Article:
Nintendo has a strong start with the Switch as it stands now. While the event did show numerous titles, in the end it left yearning for more. Seems like Nintendo’s intending to keep a hype train going until the launch hits.
Overall, I have to say that the presentation itself was rather professional. No outlandish theatrics or anything like that. No real bullshit dead air, just proper and interesting presentation. The clothing was a highlight in itself, showcasing that most of these people are professionals. There was class in this event that is absent from most. Well, outside some choices, like Nogami aiming for funnier style that was more worth a facepalm than anything else, and Aonuma really needs to stop wearing that terrible looking hoodie. Actually, remove Aonuma altogether.
Having Tatsumi Kimishima on the stage in the very beginning was what was needed. He might not be Iwata or Yamauchi, but the public does not yet know who he is. He took the stage in a very sure and confident manner. Mikishima had a proper stage presence, which was enhanced by the fact he had an interpreter. Having a Japanese businessman speaking in broken English is jarring, as you have to concentrate on the words rather than on the content. Shibata of course went in with broken English as an exception.
Shinya Takahashi is another new-ish name. As with Kimishima, the public got to know him better. While Miyamoto has been the face of the company alongside Iwata for some time now, it seems Nintendo has been progressively been pushing to give a face for their franchises. After all, Nintendo has been becoming a company of IPs in few ways.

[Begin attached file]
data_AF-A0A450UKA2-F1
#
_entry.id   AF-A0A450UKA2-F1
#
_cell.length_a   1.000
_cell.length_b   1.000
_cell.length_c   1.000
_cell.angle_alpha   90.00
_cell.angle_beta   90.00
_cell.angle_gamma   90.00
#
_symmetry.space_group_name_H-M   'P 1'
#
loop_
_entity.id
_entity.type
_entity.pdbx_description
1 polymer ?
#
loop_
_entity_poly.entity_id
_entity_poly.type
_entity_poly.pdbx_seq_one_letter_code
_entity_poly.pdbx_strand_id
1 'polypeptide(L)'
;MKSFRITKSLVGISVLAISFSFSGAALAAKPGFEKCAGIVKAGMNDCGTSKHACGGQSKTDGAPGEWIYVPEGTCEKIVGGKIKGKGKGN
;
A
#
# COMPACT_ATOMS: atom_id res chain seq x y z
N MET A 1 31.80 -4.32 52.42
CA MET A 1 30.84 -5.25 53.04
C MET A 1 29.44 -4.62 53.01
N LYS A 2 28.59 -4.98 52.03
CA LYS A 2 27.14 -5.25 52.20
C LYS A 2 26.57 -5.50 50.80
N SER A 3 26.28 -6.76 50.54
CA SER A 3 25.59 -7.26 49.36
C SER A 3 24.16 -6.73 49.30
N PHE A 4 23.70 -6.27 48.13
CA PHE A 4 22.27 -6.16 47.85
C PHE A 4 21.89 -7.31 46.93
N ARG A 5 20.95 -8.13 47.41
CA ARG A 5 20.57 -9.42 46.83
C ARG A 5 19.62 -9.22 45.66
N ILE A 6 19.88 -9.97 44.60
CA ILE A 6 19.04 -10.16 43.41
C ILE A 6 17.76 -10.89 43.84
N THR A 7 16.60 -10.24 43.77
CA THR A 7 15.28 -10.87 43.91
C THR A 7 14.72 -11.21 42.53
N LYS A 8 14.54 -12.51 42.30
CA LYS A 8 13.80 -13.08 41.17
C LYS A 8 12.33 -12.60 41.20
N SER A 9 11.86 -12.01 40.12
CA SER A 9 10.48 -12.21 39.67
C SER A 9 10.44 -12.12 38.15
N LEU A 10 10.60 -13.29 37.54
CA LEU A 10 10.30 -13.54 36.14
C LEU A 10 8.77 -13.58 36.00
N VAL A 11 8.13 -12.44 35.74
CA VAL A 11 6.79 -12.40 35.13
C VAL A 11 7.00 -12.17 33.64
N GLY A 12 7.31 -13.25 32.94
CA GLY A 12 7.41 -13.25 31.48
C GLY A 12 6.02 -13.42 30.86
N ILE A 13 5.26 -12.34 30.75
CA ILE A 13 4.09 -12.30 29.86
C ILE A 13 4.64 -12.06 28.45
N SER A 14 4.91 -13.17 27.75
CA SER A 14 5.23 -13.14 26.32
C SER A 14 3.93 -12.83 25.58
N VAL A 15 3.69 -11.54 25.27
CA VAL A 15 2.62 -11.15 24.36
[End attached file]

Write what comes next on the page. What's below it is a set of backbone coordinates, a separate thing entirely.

The info about the Switch goes from pretty damn neat to weak. First of all, region freedom is a welcome change in how Nintendo handles their machines, and this tickles all the importers’ nuts just the right way.
Paid online is hit on the system, but then again a game that relies solely on online multiplayer will become obsolete in number of years solely because of that. Like it or not, a game still needs to have a solid offline mode stand the test of time. Hopefully the subscription for the online is less than what either of their competitors prices theirs at, and is more usable than before.
Switch’s battery life is no worse than 3DS, but at least I can throw in a battery bank. However, the main hardware showcase, the real piece of hardware that really matters when it comes to game consoles, is the controller design. While I personally love all the stuff they managed to pack into the Joycons (the name is still terrible) the fact is that they are over-engineered. The reason the Switch retails at $300 is probably partially because the controllers. I intending to do a longer piece about the controller design itself sometime later, so let’s leave the rest for later.
The Pro Controller will retail at $70, which further reminds me how tired I am to pay stupidly high prices for controllers. The price point will hurt Switch’s sales, and with what looks like a Mushroom Kingdom-less 3D Mario, the Switch has few things going against it already.
I did expect to see more gameplay footage rather than promotional trailers, but I guess that was a foolhardy wish. 1-2-Switch is no WiiSports and won’t drive system sales. It probably works the best as a tech demo of sorts and a party game for some, but overall there will be no large interest in it. Arms won’t fare any better, but I hope it’ll have better controls than most of Wii’s boxing games. The logo’s also too industrial, something that would fit on a DeWalt drill. It needs to be punched up a bit. Splatoon has its fans, but a system seller it is not, and the sequel really doesn’t seem to change things around one bit.